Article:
We’re living in the 21st century, where the E-mail and Twitter have become a part of our daily life. Believe it or not, some of the people couldn’t live without the E-mail and Twitter, as they have to depend on these tools to keep in touch with other all the time! If you’re one of them, then the atTiny45 USB LED E-mail, Twitter and Pidgin Notifier is the perfect device for you. The project is a very interesting yet innovative task, as it only requires a little modification. For building the LED notifier, you’ll need these components, which as: An Atmel atTiny45 microprocessor A 5mm RGB LED Two diodes (It’s better use the MK96 5B410 diodes) Five 68R 1/4w resistors A 1.8K 1/4w resistor Ok, first thing first, you must build a prototype to try out the LED notifier. In this case, stripboard is a very good choice, as it has the correct width to be shaped and inserted into the USB port. After that, you have to test the LED and discover if there any difficulty or downfall that… Continue reading

The Spectacular 64 Synchronizing Fireflies

Guys, if you’re a regular visitor, then you might have probably read the previous article before, which is talking about on how to synchronizing Firefly! Today, we’re going to double up, triple up or multiple the ordinary monotonous synchronizing firefly project into the 64 Synchronizing Fireflies (Yeah, sounds like a very challenging project, isn’t it?) In the previous synchronizing firefly project, a ping-pong ball is used as a diffuser. This time, we need 64 ping-pong balls and transform it into a huge Synchronizing Fireflies field! 64 Fireflies Part II from tinkerlog on Vimeo. Look on the above video clip; you noticed that every firefly acts completely autonomous. An Attiny13 controls each of the fireflies independently. The reasons why they’re connected together are mainly for power supply only! You’re wondering, “Why I should use the Attiny13, instead there are many other Attiny version out there?” Well, it’s because the Attiny13 is perfect enough to act as the phototransistor’s reader and lights up an RGB led. Technically, these synchronizing fireflies are well-programmed to blink in a certain rate. However, once it detected… Continue reading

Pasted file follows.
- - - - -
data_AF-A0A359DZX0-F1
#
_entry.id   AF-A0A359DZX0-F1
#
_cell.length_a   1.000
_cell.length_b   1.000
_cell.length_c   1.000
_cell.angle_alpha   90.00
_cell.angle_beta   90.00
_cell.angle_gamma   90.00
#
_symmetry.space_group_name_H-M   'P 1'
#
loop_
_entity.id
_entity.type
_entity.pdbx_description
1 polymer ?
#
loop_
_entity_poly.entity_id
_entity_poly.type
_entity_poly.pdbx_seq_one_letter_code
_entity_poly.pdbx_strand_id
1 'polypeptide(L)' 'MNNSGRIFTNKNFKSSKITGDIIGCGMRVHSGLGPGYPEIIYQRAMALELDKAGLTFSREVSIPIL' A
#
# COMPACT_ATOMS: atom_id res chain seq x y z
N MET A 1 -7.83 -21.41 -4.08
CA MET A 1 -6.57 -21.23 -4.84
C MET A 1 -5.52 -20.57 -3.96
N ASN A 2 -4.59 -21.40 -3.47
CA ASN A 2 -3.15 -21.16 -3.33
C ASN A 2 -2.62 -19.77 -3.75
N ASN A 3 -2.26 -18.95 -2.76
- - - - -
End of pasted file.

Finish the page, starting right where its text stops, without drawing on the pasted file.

Even Your Desktop Deserves a Clock As Well!

You’re thinking that your desktop is too plain and you would like to do something with it? Ok, what about a stylish LED Desktop Clock? Yeah, it’s sounds cool, isn’t it? Basically, this project is uses RGB LEDs to create a clock face and each of the hand is assigned with a color and as the hands overlap on the face of the clock, it will then mix the colors! The clock will use a single AA battery to power the display, where it is boosted to 5 volts with a switching mode power supply. Then, the power supply would be fined to use any AA battery that is at 0.7 volts or even higher. This means that it should still work fine with AA batteries, which maybe “dead” when used in other devices! For this project, make sure that you’re using DS1307 for the heart of the clock and with a CR2032 coin cell battery backup as well! Remember that the battery should also be sufficient, so it can keep the time for at least a couple of years!… Continue reading